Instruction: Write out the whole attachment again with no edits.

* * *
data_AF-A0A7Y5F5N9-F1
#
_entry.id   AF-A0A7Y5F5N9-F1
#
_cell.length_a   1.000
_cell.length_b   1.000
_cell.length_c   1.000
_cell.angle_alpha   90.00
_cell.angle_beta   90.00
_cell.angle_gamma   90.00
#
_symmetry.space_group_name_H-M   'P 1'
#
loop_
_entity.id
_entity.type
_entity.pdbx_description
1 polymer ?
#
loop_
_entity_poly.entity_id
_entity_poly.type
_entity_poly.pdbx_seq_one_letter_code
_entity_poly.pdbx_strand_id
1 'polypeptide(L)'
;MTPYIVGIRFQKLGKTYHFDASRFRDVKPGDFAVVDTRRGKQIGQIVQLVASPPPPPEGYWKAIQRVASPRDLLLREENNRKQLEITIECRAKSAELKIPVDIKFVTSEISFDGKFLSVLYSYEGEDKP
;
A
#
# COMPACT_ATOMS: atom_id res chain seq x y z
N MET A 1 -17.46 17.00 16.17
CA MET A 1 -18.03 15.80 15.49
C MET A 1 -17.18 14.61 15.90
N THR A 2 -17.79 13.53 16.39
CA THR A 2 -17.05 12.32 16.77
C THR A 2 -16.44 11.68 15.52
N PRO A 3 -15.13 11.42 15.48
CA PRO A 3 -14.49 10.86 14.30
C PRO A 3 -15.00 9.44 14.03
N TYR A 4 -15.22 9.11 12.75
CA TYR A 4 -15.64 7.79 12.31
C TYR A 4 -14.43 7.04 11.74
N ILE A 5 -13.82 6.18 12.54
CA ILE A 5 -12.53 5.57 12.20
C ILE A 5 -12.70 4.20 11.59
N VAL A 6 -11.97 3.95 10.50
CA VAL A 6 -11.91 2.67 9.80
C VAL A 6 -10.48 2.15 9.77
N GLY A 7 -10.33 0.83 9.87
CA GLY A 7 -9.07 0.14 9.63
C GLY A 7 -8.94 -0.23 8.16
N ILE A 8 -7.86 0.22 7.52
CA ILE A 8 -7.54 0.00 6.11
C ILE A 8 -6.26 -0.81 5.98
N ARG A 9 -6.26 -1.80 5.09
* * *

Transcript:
data_AF-A0A7Y5F5N9-F1
#
_entry.id   AF-A0A7Y5F5N9-F1
#
_cell.length_a   1.000
_cell.length_b   1.000
_cell.length_c   1.000
_cell.angle_alpha   90.00
_cell.angle_beta   90.00
_cell.angle_gamma   90.00
#
_symmetry.space_group_name_H-M   'P 1'
#
loop_
_entity.id
_entity.type
_entity.pdbx_description
1 polymer ?
#
loop_
_entity_poly.entity_id
_entity_poly.type
_entity_poly.pdbx_seq_one_letter_code
_entity_poly.pdbx_strand_id
1 'polypeptide(L)'
;MTPYIVGIRFQKLGKTYHFDASRFRDVKPGDFAVVDTRRGKQIGQIVQLVASPPPPPEGYWKAIQRVASPRDLLLREENNRKQLEITIECRAKSAELKIPVDIKFVTSEISFDGKFLSVLYSYEGEDKP
;
A
#
# COMPACT_ATOMS: atom_id res chain seq x y z
N MET A 1 -17.46 17.00 16.17
CA MET A 1 -18.03 15.80 15.49
C MET A 1 -17.18 14.61 15.90
N THR A 2 -17.79 13.53 16.39
CA THR A 2 -17.05 12.32 16.77
C THR A 2 -16.44 11.68 15.52
N PRO A 3 -15.13 11.42 15.48
CA PRO A 3 -14.49 10.86 14.30
C PRO A 3 -15.00 9.44 14.03
N TYR A 4 -15.22 9.11 12.75
CA TYR A 4 -15.64 7.79 12.31
C TYR A 4 -14.43 7.04 11.74
N ILE A 5 -13.82 6.18 12.54
CA ILE A 5 -12.53 5.57 12.20
C ILE A 5 -12.70 4.20 11.59
N VAL A 6 -11.97 3.95 10.50
CA VAL A 6 -11.91 2.67 9.80
C VAL A 6 -10.48 2.15 9.77
N GLY A 7 -10.33 0.83 9.87
CA GLY A 7 -9.07 0.14 9.63
C GLY A 7 -8.94 -0.23 8.16
N ILE A 8 -7.86 0.22 7.52
CA ILE A 8 -7.54 0.00 6.11
C ILE A 8 -6.26 -0.81 5.98
N ARG A 9 -6.26 -1.80 5.09